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Thwaites GE, et al. "Adjunctive rifampicin for Staphylococcus aureus bacteraemia (ARREST): a multicentre, randomised, double-blind, placebo-controlled trial". The Lancet. 2017. 391(10121):668-678.
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Clinical Question

In adults with Staphylococcus aureus bacteraemia (SAB), does the addition of rifampicin to standard treatment reduce disease recurrence, treatment failure or death?

Bottom Line

The addition of rifampicin to standard treatment did not reduce short term or long term mortality in adult patients with SAB.

Major Points

SAB is a common life threatening infection with an associated mortality of approximately 20%. Up until ARREST, fewer than 1600 participants with SAB had been enrolled in randomised trials over the past 50 years. A 2014 systematic review suggested a trend towards lower mortality and treatment failure with adjunctive rifampicin but the evidence was weak. [1]

ARREST is the largest randomised trial to date in SAB and provides convincing evidence that adjunctive rifampicin does not reduce short term or long term mortality. There was a small but significant reduction in disease recurrence with the addition of rifampicin, however, there was a higher rate of antibiotic modifying adverse events in the rifampicin arm. The authors conclude there is no overall benefit to using rifampicin in SAB.

Prosthetic valve endocarditis and prosthetic joint infections comprised very small numbers and so it is difficult to draw any conclusions regarding the these populations and rifampicin continues to be recommended treatment in these groups.


As of March 2018, no guidelines have been published that reflect the results of this trial.


  • Multicenter, randomised, double-blind, placebo controlled trial
  • n=758
    • Rifampicin (n=370)
    • Placebo (n=388)
  • Setting: 29 UK hospital groups
  • Enrollment: 10th December 2012 - 25th October 2016
  • Follow-up: 12 weeks
  • Analysis: Intention-to-treat
  • Primary outcome: Bacteriologically confirmed treatment failure or disease recurrence or death (all cause) at 12 weeks


Inclusion Criteria

  • Adult inpatient (18 years old or over)
  • Isolated MSSA or MRSA from at least 1 blood culture
  • Received less than 96 hours of therapy for current infection (one off stat doses more than 96 hours previously were allowed)
  • No pre-existing evidence of S. aureus rifampicin resistance
  • No contraindication to rifampicin use

Exclusion Criteria

  • S. aureus considered to be contaminant or mixed with another organism causing current infection
  • Suspected active tuberculosis
  • Rifampicin use considered mandatory for any reason
  • Previous randomisation in ARREST

Baseline Characteristics

Baseline characteristic were similar between both trial arms with following combined characteristics:

  • Men: 65%
  • Median age: 65 (IQR 50 -76) years
  • Charlston comorbidity score: 2
  • Mean C-reactive protein: 164 mg/l
  • Community acquired S. aureus: n=485 (64%)
  • MRSA infection: n=47 (6%)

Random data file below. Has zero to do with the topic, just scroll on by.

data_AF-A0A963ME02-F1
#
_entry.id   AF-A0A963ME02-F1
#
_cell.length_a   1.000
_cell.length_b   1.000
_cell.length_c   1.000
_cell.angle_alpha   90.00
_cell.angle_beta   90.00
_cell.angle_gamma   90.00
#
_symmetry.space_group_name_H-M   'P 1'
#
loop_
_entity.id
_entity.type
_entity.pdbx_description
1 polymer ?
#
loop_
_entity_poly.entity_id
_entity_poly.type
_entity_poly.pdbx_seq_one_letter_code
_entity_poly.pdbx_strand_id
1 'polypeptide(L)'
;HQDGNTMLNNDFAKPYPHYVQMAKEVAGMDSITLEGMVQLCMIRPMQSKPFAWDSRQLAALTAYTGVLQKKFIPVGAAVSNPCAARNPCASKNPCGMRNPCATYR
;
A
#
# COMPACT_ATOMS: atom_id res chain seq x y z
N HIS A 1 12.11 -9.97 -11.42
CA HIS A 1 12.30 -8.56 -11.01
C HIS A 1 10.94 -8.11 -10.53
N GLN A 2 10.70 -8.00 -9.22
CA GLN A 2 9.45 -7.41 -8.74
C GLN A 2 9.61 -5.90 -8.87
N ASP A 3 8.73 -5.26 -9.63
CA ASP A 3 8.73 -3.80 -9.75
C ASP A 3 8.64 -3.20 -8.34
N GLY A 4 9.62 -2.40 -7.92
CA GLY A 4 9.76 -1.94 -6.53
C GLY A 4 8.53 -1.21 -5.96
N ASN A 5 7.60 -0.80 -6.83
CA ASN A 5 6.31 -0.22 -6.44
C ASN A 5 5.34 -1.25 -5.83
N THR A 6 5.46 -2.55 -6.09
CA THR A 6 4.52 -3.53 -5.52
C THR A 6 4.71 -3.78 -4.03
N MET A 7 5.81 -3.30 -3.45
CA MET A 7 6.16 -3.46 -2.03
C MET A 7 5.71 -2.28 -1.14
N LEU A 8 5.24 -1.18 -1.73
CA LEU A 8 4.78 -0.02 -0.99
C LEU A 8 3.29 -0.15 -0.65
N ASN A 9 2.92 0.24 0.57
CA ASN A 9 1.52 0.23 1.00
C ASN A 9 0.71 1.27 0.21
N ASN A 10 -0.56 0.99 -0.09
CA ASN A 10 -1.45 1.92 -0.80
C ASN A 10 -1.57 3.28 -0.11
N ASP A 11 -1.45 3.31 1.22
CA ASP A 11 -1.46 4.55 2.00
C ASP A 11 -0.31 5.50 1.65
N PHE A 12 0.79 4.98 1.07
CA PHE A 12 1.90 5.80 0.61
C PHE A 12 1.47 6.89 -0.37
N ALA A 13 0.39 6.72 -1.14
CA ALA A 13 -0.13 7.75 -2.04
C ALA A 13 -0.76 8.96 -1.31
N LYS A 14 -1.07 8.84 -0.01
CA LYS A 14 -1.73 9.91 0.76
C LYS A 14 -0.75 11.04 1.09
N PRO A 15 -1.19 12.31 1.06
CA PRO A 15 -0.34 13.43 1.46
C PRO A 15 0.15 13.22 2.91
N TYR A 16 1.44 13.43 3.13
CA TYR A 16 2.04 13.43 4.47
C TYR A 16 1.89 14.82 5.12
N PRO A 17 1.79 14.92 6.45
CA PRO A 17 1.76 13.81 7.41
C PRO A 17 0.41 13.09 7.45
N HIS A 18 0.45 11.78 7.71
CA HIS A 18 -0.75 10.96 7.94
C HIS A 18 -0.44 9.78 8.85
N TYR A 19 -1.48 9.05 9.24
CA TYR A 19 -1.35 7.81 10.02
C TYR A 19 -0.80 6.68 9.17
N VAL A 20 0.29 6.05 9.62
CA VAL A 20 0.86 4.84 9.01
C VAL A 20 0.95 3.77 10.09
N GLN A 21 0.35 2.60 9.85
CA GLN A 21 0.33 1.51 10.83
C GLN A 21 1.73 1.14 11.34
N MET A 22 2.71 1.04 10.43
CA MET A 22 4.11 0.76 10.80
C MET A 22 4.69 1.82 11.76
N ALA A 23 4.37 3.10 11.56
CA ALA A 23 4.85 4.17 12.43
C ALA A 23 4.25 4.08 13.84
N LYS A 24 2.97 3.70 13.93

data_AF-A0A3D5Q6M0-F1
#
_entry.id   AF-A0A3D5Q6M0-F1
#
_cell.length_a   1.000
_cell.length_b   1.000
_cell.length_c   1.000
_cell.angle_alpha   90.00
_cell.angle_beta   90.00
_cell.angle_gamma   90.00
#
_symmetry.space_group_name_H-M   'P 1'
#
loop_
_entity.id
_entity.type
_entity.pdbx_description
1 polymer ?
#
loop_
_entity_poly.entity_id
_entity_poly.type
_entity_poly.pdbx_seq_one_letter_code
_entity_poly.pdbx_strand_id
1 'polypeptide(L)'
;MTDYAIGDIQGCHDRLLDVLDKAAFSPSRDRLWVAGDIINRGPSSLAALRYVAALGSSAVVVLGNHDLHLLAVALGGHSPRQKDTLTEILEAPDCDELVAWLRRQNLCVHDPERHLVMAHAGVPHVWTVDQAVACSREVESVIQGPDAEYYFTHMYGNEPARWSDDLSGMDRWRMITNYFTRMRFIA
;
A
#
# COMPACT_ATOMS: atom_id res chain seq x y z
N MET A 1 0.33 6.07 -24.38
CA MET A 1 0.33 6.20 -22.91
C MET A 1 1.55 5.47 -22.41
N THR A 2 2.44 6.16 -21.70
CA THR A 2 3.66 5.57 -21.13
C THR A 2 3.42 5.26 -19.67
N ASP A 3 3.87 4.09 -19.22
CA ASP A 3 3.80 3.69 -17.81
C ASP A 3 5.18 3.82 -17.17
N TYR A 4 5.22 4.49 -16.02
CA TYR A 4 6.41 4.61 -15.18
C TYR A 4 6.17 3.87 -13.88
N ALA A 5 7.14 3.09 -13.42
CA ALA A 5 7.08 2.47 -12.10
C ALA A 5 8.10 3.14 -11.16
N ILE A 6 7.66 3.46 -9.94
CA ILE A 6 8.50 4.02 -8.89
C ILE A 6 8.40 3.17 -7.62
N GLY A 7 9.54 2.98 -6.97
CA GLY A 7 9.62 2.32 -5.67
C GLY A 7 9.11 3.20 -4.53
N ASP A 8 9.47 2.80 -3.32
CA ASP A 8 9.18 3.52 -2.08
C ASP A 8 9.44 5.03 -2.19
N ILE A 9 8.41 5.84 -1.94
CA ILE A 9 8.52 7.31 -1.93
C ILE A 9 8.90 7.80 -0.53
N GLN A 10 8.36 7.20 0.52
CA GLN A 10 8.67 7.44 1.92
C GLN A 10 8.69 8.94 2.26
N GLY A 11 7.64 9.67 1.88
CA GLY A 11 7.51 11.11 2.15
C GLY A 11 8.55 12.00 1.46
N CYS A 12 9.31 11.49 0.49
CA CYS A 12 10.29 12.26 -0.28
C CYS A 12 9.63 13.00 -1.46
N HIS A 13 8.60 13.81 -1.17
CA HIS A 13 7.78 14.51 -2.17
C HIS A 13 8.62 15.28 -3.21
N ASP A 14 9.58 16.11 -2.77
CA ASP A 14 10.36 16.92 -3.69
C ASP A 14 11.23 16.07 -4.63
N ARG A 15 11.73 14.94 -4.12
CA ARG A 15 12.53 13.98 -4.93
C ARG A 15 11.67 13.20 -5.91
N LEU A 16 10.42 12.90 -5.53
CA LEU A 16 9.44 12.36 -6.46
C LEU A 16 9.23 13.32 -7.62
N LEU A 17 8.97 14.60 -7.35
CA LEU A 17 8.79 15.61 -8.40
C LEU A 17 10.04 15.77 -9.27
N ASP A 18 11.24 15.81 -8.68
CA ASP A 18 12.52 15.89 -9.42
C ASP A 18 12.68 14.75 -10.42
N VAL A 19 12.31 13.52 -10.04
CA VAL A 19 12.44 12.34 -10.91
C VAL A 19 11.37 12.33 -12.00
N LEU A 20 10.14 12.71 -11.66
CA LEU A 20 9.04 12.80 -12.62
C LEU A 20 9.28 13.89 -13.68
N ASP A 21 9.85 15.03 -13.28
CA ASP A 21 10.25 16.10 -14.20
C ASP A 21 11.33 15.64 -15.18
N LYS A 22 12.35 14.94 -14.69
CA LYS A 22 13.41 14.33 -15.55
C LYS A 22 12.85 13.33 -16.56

• Median antibiotic duration at randomisation: 62 (IQR 42-74) hours

Main focus of infection:

  • Native valve endocarditis: n=33 (4%)
  • Native joint: n=63 (8%)
  • Prosthetic valve endocarditis: n=7 (0.9%)
  • Prosthetic joint: n=7 (0.9%)
  • Implanted vascular device (excludes intravascular catheters): n=36 (5%)
  • Deep tissue infection or abscess; n= 176 (23%)
  • Central or peripheral intravenous catheter: n=130 (17%)
  • Skin or soft tissue: n=138 (18%)
  • Surgical wound: n=25 (3%)
  • Pneumonia or UTI: n=60 (8%)
  • Not established: n=139 (18%)


  • Rifampicin 600mg or 900mg PO/IV (weight dependent dosing)
    • administered as single dose or twice daily divided dose
    • 14 days duration or until backbone therapy stopped


All comparisons are presented rifampicin vs. placebo.

Primary Outcomes

Bacteriologically confirmed treatment failure or disease recurrence or death (all cause) at 12 weeks

17% vs. 18% (HR 0.96; 95% CI 0.68-1.35; P=0.81)

Secondary Outcomes

All cause mortality at 2 weeks

7% vs. 4% (HR 1.60; 95% CI 0.86-2.95; P=0.13)

Clinical treatment failure or disease recurrence or death at 12 weeks

21% vs. 22% (HR 0.97; 95% CI 0.71-1.32; P=0.84)

Grade 3-4 adverse events

35% vs. 34% (HR 1.12; 95% CI 0.88-1.43; log rank P=0.36)

Serious adverse events

27% vs. 24% (HR 1.21; 95% CI 0.92-1.61; log rank P=0.17)

Antibiotic modifying adverse events

17% vs. 10% (HR 1.78; 95% CI 1.20-2.65; log rank P=0.004)

Subgroup Analysis

Bacteriological treatment failure at 12 weeks

1% vs 1% (competing risks P=0.82)

Bacteriological recurrence at 12 weeks

1% vs. 4% (competing risks P=0.01)

Deaths at 12 weeks

15% vs. 14% (HR 1.10; 95% CI 0.76-1.60; P=0.60)

Renal grade 3-4 adverse event

5% vs. 2%; P=0.053


  • At the request of the funding body, the original co-primary outcome was downgraded to a single outcome due to slow recruitment and to allow trial completion with a smaller sample size.
  • Infections with prosthetic material were under-represented and it is therefore difficult to draw any conclusions in these clinical situations.
  • Mortality rates were lower than some other studies, due to difficulty recruiting more severely unwell patients.


UK National Institutes of Health Research Health Technology Assessment

Further Reading

Thwaites GE, Edgeworth JD, Gkrania-Klotsas E, Kirby A, Tilley R, Torok ME, et al. Clinical management of Staphylococcus aureus bacteraemia. Lancet Infect Dis. 2011;11:208-22.


  1. Russell CD et al. Adjunctive rifampicin may improve outcomes in Staphylococcus aureus bacteraemia: a systematic review. J. Med. Microbiol. 2014. 63:841-8.